What Digital Camera takes a look at Samsung's latest enthusiast compact
Upon its introduction in 2010, Samsung’s EX1 marked a new direction for the company. Having already dabbled in the DSLR market with Pentax, before pushing through its NX series of compact system cameras, the new model appeared to cater for the discerning user wishing travel light. With peers such as Canon’s PowerShot G series and Panasonic’s LX range the model already had a standard to live up to, and upon its review we found much to praise.
That was two years ago, and now a successor, the EX2F, has arrived. The following is based on a pre-production sample of the EX2F which we’ve had for the past few weeks. As such, it should only be used as a rough guide as to what’s changed and how the camera performs, rather than a definitive review (as certain elements are likely to change). We’ll update this with the full review once we have a production sample.
The model builds on the EX1’s feature set in a number of ways which are likely to please the target market. The lens, for example, has been marginally extended from 24-72mm to 24-80mm, but perhaps more significantly, it has had its maximum aperture at the wide end extended from f/1.8 to f/1.4. This, as Samsung proudly points out, qualifies it as the world’s brightest compact camera lens, and broadens its usability in low light and for creating shallow depth of field in images.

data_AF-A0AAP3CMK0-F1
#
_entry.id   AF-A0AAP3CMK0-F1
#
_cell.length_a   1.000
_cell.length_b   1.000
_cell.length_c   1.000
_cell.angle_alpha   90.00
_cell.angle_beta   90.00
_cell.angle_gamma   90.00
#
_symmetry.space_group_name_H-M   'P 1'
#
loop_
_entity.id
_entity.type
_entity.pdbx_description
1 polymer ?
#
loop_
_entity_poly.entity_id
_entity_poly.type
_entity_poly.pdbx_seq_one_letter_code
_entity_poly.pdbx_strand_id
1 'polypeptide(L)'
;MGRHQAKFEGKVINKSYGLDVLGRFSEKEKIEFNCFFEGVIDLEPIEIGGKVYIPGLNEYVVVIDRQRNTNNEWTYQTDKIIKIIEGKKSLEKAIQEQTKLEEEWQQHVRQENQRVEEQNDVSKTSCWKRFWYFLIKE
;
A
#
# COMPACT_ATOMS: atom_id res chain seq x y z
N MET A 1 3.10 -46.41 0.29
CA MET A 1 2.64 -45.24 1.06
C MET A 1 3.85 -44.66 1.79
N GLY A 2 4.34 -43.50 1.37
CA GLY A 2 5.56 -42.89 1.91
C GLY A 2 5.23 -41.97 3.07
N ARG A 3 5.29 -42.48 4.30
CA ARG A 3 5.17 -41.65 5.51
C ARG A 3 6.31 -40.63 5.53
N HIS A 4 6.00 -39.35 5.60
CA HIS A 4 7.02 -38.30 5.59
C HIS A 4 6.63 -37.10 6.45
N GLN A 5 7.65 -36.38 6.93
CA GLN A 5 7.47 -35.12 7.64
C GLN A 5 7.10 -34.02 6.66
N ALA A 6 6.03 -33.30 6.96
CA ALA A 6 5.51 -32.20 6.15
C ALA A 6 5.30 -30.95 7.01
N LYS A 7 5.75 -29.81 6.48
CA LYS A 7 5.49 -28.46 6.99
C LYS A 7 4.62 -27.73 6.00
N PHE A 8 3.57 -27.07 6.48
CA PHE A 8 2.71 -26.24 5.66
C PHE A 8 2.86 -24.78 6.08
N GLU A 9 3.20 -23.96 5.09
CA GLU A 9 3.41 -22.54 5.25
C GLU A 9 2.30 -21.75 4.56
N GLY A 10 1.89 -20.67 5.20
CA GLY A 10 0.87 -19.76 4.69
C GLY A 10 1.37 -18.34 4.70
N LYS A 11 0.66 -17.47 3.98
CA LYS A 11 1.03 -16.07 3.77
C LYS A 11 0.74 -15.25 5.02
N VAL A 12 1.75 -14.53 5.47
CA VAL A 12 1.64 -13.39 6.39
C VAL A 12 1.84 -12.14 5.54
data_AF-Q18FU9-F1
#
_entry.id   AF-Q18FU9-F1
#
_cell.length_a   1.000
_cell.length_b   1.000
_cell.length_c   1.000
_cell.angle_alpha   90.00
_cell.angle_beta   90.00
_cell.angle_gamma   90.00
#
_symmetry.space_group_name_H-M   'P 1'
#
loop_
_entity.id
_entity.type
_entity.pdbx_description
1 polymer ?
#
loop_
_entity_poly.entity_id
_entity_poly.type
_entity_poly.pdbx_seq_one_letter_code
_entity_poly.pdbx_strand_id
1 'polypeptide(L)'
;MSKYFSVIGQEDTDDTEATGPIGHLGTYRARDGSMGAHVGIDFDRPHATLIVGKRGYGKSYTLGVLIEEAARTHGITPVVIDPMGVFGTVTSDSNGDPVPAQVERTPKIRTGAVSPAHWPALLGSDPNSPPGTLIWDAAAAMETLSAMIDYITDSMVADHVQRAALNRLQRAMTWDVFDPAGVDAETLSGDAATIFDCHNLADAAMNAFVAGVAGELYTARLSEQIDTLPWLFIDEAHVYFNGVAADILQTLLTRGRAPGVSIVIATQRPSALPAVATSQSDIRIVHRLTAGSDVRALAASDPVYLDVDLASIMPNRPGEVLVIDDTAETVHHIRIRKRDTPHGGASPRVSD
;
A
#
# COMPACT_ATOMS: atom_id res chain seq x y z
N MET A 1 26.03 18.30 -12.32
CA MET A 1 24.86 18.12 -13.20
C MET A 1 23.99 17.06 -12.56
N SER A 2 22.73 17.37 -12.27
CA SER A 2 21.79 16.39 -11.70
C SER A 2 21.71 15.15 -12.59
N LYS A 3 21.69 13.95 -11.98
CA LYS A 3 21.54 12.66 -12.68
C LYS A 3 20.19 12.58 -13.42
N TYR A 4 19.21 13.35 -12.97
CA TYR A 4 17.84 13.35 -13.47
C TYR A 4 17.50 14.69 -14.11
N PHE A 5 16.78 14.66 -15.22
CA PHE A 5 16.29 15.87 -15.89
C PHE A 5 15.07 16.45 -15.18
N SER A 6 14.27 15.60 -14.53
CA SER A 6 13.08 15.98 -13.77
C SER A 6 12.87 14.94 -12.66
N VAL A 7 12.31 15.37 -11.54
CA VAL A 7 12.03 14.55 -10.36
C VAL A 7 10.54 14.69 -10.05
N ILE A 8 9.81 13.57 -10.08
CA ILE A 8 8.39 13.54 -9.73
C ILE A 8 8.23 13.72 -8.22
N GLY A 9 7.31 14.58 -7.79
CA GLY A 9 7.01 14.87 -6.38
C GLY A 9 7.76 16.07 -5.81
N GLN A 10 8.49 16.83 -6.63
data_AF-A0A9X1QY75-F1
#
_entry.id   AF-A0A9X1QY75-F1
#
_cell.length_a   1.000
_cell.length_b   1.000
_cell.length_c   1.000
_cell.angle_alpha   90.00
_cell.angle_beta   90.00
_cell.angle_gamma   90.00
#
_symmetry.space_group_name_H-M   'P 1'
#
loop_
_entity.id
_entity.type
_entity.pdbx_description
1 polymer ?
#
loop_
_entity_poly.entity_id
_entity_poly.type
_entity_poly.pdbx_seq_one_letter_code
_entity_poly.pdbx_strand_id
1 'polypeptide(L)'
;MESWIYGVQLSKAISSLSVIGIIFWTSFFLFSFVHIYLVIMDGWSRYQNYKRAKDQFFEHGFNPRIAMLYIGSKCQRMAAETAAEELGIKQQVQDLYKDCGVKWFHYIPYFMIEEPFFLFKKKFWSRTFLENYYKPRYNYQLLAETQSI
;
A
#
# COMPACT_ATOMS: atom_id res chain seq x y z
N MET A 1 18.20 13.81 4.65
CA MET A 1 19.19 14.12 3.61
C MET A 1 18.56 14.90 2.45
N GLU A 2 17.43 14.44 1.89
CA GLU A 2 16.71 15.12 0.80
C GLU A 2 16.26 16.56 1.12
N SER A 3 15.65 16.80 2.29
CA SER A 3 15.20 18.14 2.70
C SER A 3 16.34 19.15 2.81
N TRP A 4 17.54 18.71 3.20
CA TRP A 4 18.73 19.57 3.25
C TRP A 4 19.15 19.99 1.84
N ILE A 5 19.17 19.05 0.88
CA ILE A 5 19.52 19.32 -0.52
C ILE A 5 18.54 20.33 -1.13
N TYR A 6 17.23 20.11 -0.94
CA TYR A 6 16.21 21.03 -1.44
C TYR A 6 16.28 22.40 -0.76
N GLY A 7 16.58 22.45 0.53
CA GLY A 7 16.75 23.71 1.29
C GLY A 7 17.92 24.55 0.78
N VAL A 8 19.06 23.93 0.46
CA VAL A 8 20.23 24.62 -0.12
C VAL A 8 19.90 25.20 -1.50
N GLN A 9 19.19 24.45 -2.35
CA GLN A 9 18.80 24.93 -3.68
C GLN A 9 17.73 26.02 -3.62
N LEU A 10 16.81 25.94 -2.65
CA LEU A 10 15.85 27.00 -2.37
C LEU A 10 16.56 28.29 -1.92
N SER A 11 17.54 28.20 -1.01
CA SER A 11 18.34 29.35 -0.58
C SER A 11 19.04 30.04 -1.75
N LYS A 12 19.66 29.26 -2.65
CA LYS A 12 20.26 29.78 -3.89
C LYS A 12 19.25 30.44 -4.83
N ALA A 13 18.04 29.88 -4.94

The sensor maintains the same 1/1.7in dimensions as before, but it now incorporates 12.4MP instead of 10MP. While this change may concern a few enthusiast wanting the use the camera primarily in low light, their fears should be alleviated with the knowledge that Samsung has chosen to use backlit architecture for the sensor’s construction, which has in the past shown to make a significant difference in terms of image noise for cameras of this sort.
Perhaps the most significant difference is the integration of wi-fi functionality. The camera is able to connect to social networking sites such as Facebook, and send images to email accounts, in addition to connectivity with smartphones. The Auto Backup feature, meanwhile, means that images can be safely stored safely outside of the camera’s memory card into Cloud storage.
Other features of note include a Dual IS system, which utilises both Optical and Digital stabilisation systems, as well as full manual control via the traditional PASM quartet. As with a handful of its peers the camera also incorporates an ND filter, which can be used to reduce exposure times either for necessity or creativity. Full HD video recording has also been thrown in, with stereo sound recorded alongisde.
As would be expected by the target market, Samsung has paid great attention to the EX2F’s build quality and styling. Magnesium alloy has been used to ensure the body is solid and guarded against knocks and scrapes, while all buttons press positively into the body and are labeled clearly. There really isn’t any area where it looks as though Samsung may have skimped, although some may prefer the more tactile grip from the EX1 and brushed metal finish to the smoother and more mottled effect used here.